A leadership lesson from Bill Clinton

By Nina Easton, senior editor at large


FORTUNE -- He's still got it. This week Bill Clinton showed an instinct for robust, inclusive leadership that the current White House occupant could use right now.

I know, I know. POTUS 42 was supposed to shut up, stay out of sight, and avoid second-guessing his wife's boss. After his ego blustered into oncoming traffic during Hillary's heated primary race against Obama, the nation (like its new President) suffered from yet another bout of Bill Clinton fatigue. His job as the Secretary of State's husband was to stick strictly within the confines of his foundation work.

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But with President Obama struggling to contain the political damage from the Gulf Oil spill, Clinton not only can't help himself -- he's worth listening to.

The conventional-wisdom rap on President Obama's early reaction to the spill was that he didn't emote enough. He didn't feel the pain, Clinton-style, of all those whose livelihoods would be destroyed, whose pristine waters and wildlife would be drowned in black gunk.

Clinton thinks this is a "bum rap" but offers a different -- and more pointed -- lesson to his young successor. "I think we ought to row in the same boat for a while... Let's just fix the problem, and then we can hold everybody accountable and emote or not emote," Clinton told CNN Anchor Wolf Blitzer at the Fortune/Time/ CNN Global Economic Forum in Cape Town, South Africa.

Since Obama's first instinct after the oil spill was to "feel the blame" rather than "feel the pain," those are pretty tart words. No one wants to let BP (BP) management off the hook -- for dangerously cutting corners, for a dismal safety record, for being forced into accepting financial responsibility. But the President's initial focus on scolding BP consumed valuable White House energy while the oil gushed.

Great leaders don't rush to blame. They instinctively look for solutions. Rudy Giuliani rose from lame-duck New York mayor with a girlfriend problem to 9/11 hero when he took control of a crisis and instilled confidence that a ravaged city could move beyond a terrorist attack. He didn't stop to blame faulty intelligence for letting it happen.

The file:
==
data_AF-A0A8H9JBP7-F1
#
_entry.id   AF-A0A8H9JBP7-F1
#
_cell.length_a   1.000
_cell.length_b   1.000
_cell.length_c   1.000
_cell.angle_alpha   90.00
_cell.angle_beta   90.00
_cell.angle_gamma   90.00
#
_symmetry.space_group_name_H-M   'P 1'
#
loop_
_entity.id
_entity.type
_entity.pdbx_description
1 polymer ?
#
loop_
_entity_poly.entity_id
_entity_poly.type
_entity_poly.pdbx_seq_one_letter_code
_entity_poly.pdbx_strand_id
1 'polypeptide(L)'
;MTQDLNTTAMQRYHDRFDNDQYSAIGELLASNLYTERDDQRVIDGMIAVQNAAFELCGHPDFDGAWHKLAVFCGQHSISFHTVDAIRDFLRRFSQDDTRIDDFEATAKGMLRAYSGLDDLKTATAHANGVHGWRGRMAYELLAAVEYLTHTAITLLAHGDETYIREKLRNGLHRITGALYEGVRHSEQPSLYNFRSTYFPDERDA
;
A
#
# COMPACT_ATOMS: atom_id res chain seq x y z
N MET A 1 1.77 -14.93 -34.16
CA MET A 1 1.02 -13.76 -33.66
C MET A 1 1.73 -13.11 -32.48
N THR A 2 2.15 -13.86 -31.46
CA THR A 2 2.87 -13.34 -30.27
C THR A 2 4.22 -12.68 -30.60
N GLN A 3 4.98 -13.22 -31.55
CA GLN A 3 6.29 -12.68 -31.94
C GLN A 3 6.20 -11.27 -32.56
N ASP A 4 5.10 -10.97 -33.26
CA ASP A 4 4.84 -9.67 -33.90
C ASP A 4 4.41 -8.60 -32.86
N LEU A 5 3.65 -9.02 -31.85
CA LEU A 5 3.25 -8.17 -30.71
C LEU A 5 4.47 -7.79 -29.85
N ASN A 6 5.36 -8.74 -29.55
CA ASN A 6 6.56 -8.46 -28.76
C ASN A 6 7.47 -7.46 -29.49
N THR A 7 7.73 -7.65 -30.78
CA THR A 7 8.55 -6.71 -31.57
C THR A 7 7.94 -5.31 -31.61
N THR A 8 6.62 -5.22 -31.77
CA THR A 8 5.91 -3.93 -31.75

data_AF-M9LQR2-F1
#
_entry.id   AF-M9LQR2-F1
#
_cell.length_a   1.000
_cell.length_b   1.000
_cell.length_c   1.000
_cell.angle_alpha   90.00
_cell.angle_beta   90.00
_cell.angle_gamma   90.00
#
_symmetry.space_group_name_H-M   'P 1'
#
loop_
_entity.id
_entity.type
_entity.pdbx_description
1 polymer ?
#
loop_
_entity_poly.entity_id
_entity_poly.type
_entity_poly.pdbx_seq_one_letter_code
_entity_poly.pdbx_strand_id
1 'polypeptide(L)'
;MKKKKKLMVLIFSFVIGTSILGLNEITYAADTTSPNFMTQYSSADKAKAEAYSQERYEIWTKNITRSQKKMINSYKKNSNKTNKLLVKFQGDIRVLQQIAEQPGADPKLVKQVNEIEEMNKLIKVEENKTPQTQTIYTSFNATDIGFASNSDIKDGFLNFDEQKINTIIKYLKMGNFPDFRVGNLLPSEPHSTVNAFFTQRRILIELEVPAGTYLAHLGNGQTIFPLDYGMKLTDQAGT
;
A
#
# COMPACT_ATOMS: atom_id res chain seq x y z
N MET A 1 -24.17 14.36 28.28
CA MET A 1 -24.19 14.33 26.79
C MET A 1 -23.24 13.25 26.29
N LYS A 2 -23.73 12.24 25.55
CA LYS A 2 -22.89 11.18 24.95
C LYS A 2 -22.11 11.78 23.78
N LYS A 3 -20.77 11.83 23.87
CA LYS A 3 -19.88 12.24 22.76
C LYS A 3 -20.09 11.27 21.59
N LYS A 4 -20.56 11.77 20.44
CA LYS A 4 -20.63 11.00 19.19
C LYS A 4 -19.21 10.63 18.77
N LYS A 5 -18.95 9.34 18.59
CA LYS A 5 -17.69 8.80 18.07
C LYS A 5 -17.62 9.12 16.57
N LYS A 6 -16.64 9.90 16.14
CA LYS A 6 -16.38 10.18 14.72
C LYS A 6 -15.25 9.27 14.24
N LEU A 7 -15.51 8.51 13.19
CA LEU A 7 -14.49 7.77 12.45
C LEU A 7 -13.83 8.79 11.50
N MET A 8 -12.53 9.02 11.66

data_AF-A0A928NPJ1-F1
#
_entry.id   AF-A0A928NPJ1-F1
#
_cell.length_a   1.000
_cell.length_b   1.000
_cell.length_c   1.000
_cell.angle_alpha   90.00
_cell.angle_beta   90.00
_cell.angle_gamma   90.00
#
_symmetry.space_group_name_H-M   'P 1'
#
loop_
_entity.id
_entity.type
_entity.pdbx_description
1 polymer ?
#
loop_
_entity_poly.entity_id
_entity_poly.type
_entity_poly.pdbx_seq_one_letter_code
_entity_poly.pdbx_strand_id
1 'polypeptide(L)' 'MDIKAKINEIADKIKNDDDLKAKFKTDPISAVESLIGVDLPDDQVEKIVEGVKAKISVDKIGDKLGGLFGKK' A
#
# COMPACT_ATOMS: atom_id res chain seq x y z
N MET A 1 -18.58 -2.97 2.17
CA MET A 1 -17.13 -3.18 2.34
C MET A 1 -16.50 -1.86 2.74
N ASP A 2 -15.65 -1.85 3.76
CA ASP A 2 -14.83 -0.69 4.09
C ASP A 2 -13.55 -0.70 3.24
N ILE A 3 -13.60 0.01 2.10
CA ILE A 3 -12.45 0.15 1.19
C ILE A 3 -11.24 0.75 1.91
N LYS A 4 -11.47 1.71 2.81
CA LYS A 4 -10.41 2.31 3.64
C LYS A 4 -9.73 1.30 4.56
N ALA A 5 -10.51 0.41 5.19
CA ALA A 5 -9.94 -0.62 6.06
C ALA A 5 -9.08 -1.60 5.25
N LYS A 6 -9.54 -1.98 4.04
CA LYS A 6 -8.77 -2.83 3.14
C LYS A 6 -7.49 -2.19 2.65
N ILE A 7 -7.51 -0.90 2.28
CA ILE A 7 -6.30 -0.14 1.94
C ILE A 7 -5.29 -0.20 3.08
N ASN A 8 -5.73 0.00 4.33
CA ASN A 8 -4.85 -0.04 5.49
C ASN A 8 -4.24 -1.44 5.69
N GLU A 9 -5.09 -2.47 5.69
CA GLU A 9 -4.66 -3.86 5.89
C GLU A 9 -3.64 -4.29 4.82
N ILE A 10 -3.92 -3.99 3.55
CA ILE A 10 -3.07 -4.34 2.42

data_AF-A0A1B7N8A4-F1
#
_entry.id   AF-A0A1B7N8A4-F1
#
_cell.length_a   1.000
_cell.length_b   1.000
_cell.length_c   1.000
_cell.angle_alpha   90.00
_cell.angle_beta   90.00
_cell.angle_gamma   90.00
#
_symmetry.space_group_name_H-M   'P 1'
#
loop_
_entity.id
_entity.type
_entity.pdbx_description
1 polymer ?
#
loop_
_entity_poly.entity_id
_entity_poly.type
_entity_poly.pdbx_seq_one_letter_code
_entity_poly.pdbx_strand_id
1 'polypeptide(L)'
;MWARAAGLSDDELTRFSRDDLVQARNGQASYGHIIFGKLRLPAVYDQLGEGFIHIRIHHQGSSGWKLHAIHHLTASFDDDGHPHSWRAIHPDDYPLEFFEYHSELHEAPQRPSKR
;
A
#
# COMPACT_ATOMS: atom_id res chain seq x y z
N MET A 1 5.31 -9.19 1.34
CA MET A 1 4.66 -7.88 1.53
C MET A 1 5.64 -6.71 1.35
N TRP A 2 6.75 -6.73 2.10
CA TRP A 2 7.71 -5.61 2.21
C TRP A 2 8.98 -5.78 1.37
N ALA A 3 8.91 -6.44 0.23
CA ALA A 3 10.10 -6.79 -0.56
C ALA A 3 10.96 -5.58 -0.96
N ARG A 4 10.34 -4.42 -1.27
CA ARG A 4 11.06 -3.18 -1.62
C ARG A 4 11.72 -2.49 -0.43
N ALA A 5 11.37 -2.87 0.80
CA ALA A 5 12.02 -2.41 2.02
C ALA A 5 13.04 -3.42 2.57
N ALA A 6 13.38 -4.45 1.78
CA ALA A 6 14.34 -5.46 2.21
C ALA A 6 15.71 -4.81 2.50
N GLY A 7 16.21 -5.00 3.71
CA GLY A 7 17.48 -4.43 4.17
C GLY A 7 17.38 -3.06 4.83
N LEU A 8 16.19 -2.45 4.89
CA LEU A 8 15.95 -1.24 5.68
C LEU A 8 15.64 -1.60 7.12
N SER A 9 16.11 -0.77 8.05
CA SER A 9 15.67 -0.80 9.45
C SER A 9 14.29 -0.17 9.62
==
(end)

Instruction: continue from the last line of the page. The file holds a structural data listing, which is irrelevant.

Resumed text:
Clinton demonstrates these same instincts. "The federal government's position ought to be very straightforward," he said. "The most important thing is to fix the leak -- and anybody that can help us fix the leak, I'm for it. The second most important thing is to keep the oil away from the shores. The third most important thing is to minimize the damage when of the oil that reaches shores.

"The fourth most important thing today is to figure out who did what wrong and hold them accountable -- whether it was somebody in BP or somebody in the U.S. government. I'll do that, but let's do one, two, and three first... What people want is to fix the leak," he said.

Most of the public thinks Obama got that chronology backwards -- which is one reason why his prime-time speech to rally the nation instead fell flat, prompting even Obama-supporters like the Huffington Post to dismiss his rhetoric as a "feeble call to action."

Carefully critiquing Obama

Clinton suggested President Obama may need to deploy the U.S. Navy to blow up the well -- with non-nuclear bombs -- "and cover the leak with piles and piles and piles of rock and debris." But short of that, Clinton said, "we are dependent on the technical expertise of these people from BP. They had 11 of their folks killed on that explosion. The people that are working on this -- whatever the managers did wrong or didn't -- they're good people, they're trying to do the right thing."

Clinton (being Clinton) cleverly wrapped his critique in a package of praise for Obama. You have to listen carefully, and sometimes read between the lines, to hear him break the no-second-guessing-the-President rule. For example, he applauded Obama for the decision to "finally" start taking help from other countries to stop the leak.

He called Obama a "brilliant, articulate, and exceedingly empathetic person," noting, "I did everything I could to defeat President Obama, and I wanted Hillary to win, but I think he's done a better job than he's given credit for."

The ex-President then veered toward the racial territory that got him in trouble during the presidential primary when he tried to explain Obama's cool, detached leadership style: "When he went into politics, he didn't want to sound like a fire-eating preacher for fear of being racially stereotyped."

But mostly Clinton's words were inclusive. Stopping to speak at the Global Forum in the midst of one of his many pro-presidency tours of Africa -- a prime target of his foundation's anti-poverty and health efforts -- Clinton found an opportunity to praise a man that the White House prefers to blame: George W. Bush. The Republican president, says Clinton, deserves enormous credit for his Africa AIDS initiative, giving millions access to life-saving medicine.

Clinton never shied away about attacking his political enemies -- just as they showed equal vigor in assailing him. And despite his cross-the-aisle campaign promises like "end welfare as we know it," he didn't seriously reach out to Republicans until they trounced his party in the 1994 midterms.

But he understood -- if not always, at least often -- the political limitations of blame. And the political self-interest of uniting a country to get something done.  To top of page

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